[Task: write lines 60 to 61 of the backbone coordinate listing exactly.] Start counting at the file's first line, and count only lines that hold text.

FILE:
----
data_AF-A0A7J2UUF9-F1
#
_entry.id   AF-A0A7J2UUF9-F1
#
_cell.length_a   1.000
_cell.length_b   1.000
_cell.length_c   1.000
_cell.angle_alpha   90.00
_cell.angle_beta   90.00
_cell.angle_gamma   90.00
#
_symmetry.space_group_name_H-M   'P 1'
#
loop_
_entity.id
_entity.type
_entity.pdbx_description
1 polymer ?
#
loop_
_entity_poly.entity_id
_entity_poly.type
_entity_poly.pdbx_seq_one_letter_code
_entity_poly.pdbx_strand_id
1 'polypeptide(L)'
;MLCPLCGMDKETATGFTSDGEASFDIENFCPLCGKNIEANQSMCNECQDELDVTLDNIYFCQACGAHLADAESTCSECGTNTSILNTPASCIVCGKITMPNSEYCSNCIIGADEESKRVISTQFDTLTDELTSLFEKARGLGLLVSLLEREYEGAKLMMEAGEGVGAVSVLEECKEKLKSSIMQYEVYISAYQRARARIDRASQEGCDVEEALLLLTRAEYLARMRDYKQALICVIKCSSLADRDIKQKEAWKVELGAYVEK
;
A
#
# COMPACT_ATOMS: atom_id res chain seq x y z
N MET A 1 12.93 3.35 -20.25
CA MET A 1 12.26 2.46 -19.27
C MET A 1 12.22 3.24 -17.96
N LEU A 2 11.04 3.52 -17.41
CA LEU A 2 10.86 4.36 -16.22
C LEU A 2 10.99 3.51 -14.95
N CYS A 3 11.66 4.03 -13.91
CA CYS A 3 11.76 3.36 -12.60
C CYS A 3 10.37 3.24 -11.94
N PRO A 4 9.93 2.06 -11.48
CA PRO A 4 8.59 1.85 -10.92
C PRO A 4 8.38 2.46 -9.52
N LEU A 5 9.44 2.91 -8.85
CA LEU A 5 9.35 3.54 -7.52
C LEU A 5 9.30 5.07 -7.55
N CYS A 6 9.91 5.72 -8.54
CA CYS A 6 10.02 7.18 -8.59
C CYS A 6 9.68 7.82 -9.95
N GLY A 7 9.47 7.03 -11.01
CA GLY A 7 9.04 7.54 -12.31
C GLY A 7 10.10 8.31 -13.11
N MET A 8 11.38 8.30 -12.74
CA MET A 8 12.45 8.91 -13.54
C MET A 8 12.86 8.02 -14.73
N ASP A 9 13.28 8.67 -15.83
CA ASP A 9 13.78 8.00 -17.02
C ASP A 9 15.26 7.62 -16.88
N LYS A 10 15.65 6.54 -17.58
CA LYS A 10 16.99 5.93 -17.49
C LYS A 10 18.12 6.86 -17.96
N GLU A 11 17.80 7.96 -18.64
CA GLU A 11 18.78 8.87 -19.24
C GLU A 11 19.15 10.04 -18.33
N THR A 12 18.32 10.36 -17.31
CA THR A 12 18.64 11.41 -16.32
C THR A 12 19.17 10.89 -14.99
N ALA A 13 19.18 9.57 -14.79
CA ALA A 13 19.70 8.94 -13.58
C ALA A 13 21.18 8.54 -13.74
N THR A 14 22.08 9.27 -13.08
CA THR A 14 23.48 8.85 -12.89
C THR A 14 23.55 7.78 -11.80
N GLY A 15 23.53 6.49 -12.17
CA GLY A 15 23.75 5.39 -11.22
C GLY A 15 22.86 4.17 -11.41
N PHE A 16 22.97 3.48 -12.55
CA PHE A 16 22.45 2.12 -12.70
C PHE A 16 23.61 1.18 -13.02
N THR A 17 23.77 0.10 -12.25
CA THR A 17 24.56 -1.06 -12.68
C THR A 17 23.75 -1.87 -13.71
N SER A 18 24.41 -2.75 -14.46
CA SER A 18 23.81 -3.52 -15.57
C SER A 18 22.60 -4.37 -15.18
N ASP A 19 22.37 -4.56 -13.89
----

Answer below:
C LYS A 10 18.12 6.86 -17.96
N GLU A 11 17.80 7.96 -18.64